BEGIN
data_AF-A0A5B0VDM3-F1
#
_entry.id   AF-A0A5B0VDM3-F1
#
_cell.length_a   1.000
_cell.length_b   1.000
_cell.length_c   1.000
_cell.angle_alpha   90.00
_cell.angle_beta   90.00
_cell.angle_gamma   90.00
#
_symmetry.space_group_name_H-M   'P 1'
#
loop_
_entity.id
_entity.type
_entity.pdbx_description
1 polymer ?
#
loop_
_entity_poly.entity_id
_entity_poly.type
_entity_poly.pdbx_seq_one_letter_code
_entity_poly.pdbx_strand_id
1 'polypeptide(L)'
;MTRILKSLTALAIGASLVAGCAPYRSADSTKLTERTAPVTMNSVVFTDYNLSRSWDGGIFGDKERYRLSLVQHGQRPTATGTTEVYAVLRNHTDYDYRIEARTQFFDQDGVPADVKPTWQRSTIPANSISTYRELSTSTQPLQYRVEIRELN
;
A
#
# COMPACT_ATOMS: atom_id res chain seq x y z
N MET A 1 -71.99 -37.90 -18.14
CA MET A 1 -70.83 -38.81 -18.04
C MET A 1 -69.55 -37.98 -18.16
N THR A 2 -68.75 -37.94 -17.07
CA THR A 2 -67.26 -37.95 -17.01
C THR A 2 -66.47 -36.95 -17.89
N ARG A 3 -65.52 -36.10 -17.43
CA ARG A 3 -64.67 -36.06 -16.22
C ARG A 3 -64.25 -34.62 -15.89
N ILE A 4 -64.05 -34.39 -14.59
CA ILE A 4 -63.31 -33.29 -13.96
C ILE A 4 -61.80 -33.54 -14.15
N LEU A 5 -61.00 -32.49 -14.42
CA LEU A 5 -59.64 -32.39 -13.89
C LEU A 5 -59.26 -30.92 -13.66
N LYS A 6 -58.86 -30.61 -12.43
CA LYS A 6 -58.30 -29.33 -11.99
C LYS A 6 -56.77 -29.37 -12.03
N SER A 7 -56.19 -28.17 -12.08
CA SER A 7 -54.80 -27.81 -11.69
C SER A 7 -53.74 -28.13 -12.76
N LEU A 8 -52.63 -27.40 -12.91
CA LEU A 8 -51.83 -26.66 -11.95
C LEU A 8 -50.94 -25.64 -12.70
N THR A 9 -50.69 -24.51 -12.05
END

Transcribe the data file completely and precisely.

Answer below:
data_AF-A0A5B0VDM3-F1
#
_entry.id   AF-A0A5B0VDM3-F1
#
_cell.length_a   1.000
_cell.length_b   1.000
_cell.length_c   1.000
_cell.angle_alpha   90.00
_cell.angle_beta   90.00
_cell.angle_gamma   90.00
#
_symmetry.space_group_name_H-M   'P 1'
#
loop_
_entity.id
_entity.type
_entity.pdbx_description
1 polymer ?
#
loop_
_entity_poly.entity_id
_entity_poly.type
_entity_poly.pdbx_seq_one_letter_code
_entity_poly.pdbx_strand_id
1 'polypeptide(L)'
;MTRILKSLTALAIGASLVAGCAPYRSADSTKLTERTAPVTMNSVVFTDYNLSRSWDGGIFGDKERYRLSLVQHGQRPTATGTTEVYAVLRNHTDYDYRIEARTQFFDQDGVPADVKPTWQRSTIPANSISTYRELSTSTQPLQYRVEIRELN
;
A
#
# COMPACT_ATOMS: atom_id res chain seq x y z
N MET A 1 -71.99 -37.90 -18.14
CA MET A 1 -70.83 -38.81 -18.04
C MET A 1 -69.55 -37.98 -18.16
N THR A 2 -68.75 -37.94 -17.07
CA THR A 2 -67.26 -37.95 -17.01
C THR A 2 -66.47 -36.95 -17.89
N ARG A 3 -65.52 -36.10 -17.43
CA ARG A 3 -64.67 -36.06 -16.22
C ARG A 3 -64.25 -34.62 -15.89
N ILE A 4 -64.05 -34.39 -14.59
CA ILE A 4 -63.31 -33.29 -13.96
C ILE A 4 -61.80 -33.54 -14.15
N LEU A 5 -61.00 -32.49 -14.42
CA LEU A 5 -59.64 -32.39 -13.89
C LEU A 5 -59.26 -30.92 -13.66
N LYS A 6 -58.86 -30.61 -12.43
CA LYS A 6 -58.30 -29.33 -11.99
C LYS A 6 -56.77 -29.37 -12.03
N SER A 7 -56.19 -28.17 -12.08
CA SER A 7 -54.80 -27.81 -11.69
C SER A 7 -53.74 -28.13 -12.76
N LEU A 8 -52.63 -27.40 -12.91
CA LEU A 8 -51.83 -26.66 -11.95
C LEU A 8 -50.94 -25.64 -12.70
N THR A 9 -50.69 -24.51 -12.05